Since she passed on up to the Pyramid stage in the sky last Saturday afternoon, 30 Camden Square has been visited by fans of all races and ages, with some receiving Amy’s clothes from her devoted dad Mitch. There has been talk of a permanent shrine memorial being built in the square, while this week police have been called to stop punters celebrating her memory too enthusiastically. There are flowers, cards, posters, scrawled slogans, bottles of vodka, cans of beer and cigarettes laid out in her memory. On Tuesday I paid my own respects and put down one of the latter, left at my house by a friend after a night of partying.
A more apt tribute than a static memorial, though, given the remarkable talent she had, would be a music school named in her honour. As the most gifted pupil to have graduated from Croydon’s BRIT School, Amy left all her alumni in the shade. Even Adele Adkins, the Tottenham-born and Tulse Hill-raised singer currently sitting at the top of the album charts on both sides of the Atlantic. Amy’s second album Back To Black, the only one she was really satisfied with, sold three million copies in the UK and 2.3m in the US before her death. But numbers ain’t everything, despite what the accountants think.
On Friday afternoon in December 2006, I was privileged to spend a couple of hours in her company. A friend and colleague of mine was filming the interview, while I kept the conversation flowing. There was no difficulty in that. Her personality was as striking as her music and her looks. Five feet three, but she might as well as been ten feet high. She was covered in confrontational tattoos and a mass of hyper-coiffured jet black hair. Full of mischief and wit, she sat there like a contemporary femme fatale, albeit with a microphone and an Oyster card instead of a gun and a Cadillac. Fittingly, halfway through the interview she had a violently angry, swear-heavy phone conversation with her future husband Blake Fielder-Civil. In a typically unafraid and honest gesture, when we suggested allowing her privacy for the call, she shook her head while we remained in the room. She told me I reminded her of a garrulous Camden pal and admitted she’d been drinking that day, but bore no tell-tale marks of the serious drug and drink problems that would ultimately contribute to her early death. She was exactly the sort of person you’d want to spend Friday afternoon with.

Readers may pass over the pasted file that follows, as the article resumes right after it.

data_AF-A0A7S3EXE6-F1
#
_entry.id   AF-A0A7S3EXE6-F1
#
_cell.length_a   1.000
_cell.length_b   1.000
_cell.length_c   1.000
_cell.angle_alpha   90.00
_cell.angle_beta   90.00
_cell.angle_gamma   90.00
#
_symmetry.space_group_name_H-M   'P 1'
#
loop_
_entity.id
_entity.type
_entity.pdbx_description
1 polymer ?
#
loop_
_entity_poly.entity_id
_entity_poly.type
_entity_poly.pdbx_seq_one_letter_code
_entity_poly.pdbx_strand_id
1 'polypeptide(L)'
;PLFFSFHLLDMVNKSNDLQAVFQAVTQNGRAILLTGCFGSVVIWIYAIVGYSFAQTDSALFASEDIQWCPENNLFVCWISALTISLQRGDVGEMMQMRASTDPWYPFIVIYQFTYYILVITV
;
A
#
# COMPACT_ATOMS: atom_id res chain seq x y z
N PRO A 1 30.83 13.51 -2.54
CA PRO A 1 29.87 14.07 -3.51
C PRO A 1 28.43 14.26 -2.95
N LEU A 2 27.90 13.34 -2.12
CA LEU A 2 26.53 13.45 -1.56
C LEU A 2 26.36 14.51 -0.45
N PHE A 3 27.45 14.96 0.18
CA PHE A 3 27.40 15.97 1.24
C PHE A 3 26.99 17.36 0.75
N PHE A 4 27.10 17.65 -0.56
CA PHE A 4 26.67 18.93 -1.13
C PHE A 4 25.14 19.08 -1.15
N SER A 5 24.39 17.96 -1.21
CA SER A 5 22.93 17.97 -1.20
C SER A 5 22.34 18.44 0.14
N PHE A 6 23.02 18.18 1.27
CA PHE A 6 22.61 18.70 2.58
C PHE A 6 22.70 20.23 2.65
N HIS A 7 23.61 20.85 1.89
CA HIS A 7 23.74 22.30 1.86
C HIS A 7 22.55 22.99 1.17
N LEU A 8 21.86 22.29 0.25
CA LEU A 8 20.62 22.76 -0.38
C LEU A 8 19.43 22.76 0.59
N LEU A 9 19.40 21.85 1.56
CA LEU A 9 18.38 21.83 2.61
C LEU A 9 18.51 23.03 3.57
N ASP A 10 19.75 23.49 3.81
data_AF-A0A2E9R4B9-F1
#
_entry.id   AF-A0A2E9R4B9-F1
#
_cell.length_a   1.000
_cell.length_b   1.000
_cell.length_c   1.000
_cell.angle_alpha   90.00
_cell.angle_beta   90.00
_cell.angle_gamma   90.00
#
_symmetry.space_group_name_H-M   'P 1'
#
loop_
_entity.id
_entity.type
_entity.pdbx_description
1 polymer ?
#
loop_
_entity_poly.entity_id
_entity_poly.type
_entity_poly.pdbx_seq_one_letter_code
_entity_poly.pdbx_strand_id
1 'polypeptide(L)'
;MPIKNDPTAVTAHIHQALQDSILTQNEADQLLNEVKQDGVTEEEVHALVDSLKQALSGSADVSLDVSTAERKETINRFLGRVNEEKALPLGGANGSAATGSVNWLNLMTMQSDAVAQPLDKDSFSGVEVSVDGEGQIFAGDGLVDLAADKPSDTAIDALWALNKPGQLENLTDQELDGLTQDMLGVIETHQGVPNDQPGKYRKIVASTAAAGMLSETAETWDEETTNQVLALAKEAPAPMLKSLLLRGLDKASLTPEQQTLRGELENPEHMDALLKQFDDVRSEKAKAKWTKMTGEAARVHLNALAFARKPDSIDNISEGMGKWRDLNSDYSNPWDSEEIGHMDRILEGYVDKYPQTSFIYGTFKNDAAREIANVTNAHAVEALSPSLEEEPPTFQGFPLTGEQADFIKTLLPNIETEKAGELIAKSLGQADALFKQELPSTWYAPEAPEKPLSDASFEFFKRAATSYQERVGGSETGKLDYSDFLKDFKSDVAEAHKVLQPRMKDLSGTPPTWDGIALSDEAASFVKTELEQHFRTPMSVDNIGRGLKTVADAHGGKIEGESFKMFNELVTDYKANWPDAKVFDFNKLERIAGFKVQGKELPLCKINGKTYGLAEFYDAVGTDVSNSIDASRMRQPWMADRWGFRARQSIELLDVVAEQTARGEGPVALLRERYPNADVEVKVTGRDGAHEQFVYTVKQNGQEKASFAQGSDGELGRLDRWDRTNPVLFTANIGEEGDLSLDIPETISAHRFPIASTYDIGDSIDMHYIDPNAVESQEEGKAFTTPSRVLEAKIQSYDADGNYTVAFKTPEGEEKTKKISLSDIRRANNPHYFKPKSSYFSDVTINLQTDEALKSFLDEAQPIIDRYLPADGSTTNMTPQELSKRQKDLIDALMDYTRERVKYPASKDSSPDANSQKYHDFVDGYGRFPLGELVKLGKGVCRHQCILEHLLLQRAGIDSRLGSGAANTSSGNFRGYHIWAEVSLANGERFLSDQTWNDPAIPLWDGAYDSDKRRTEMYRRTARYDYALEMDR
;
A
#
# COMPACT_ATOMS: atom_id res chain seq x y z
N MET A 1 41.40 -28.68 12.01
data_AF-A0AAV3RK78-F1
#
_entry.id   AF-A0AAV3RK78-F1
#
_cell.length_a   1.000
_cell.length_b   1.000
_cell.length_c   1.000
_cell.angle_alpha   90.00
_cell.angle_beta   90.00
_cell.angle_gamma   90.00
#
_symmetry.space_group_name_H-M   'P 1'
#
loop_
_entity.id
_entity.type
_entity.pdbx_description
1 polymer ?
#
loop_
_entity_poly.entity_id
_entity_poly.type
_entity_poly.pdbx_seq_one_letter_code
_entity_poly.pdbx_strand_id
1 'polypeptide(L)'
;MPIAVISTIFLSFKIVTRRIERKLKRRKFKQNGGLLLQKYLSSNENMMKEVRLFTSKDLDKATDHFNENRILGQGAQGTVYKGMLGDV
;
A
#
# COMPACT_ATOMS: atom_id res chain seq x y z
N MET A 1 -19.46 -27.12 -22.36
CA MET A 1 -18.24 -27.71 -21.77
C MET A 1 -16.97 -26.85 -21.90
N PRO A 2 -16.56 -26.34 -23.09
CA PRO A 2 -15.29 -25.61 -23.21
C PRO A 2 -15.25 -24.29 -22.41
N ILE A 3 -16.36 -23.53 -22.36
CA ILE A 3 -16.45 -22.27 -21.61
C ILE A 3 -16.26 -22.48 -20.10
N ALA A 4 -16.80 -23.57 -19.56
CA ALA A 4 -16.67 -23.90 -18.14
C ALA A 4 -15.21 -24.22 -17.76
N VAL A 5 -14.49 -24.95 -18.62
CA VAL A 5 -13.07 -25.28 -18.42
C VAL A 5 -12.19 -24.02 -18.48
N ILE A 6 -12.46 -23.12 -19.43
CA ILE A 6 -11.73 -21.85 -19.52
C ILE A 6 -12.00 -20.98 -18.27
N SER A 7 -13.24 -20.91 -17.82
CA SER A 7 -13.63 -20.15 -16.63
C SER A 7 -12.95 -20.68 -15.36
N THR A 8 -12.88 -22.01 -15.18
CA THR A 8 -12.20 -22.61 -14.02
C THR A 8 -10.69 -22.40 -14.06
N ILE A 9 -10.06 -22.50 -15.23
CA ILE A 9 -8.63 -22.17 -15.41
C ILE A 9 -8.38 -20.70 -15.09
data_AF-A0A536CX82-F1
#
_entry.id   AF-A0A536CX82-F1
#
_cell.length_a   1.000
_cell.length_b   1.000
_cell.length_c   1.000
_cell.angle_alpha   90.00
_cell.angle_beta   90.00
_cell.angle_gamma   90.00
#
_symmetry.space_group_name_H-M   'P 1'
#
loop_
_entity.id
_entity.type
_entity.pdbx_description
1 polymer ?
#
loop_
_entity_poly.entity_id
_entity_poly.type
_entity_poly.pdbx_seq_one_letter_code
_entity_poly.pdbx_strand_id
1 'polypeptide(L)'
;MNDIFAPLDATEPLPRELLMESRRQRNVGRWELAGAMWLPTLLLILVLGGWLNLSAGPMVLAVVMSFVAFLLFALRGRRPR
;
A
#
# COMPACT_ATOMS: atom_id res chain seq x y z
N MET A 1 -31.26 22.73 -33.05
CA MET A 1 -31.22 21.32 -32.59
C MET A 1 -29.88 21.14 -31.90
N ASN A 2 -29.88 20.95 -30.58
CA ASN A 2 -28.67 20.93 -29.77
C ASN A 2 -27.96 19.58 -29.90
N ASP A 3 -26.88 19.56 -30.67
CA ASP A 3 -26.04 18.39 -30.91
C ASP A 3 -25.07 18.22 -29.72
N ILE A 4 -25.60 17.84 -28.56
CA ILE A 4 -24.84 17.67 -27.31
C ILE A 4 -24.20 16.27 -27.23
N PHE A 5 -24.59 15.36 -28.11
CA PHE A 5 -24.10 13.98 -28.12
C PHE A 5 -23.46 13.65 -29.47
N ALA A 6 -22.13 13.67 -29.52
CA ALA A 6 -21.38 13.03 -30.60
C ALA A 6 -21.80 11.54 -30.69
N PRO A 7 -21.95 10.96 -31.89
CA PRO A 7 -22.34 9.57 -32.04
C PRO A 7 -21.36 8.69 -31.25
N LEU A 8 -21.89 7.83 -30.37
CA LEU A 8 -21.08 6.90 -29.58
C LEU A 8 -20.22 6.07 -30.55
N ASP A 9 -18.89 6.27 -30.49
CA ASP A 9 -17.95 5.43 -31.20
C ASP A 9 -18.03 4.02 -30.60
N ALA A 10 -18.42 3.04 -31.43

At the time many of the other amazing songs from Back To Black were almost impossible to avoid anywhere within the M25, much as they have been in the week since she passed away. At the time, they’d only been released two months and were still cementing themselves as modern classics. Artists had written about love, sex, heartbreak and despair before and have since, but has there been another line as enticing and as “I told you I was trouble, you know that I’m no good”? As unflinching as Back To Black’s opening, “He left no time to regret, kept his dick wet”? As defiant as any in Rehab?
She could have sung the instructions on a Toilet Duck and made men weep in the street. That she could tear out her heart and sing about the only thing that really matters – love and why it breaks you and makes you like nothing else – turned her into a superstar. The world is sadder without her.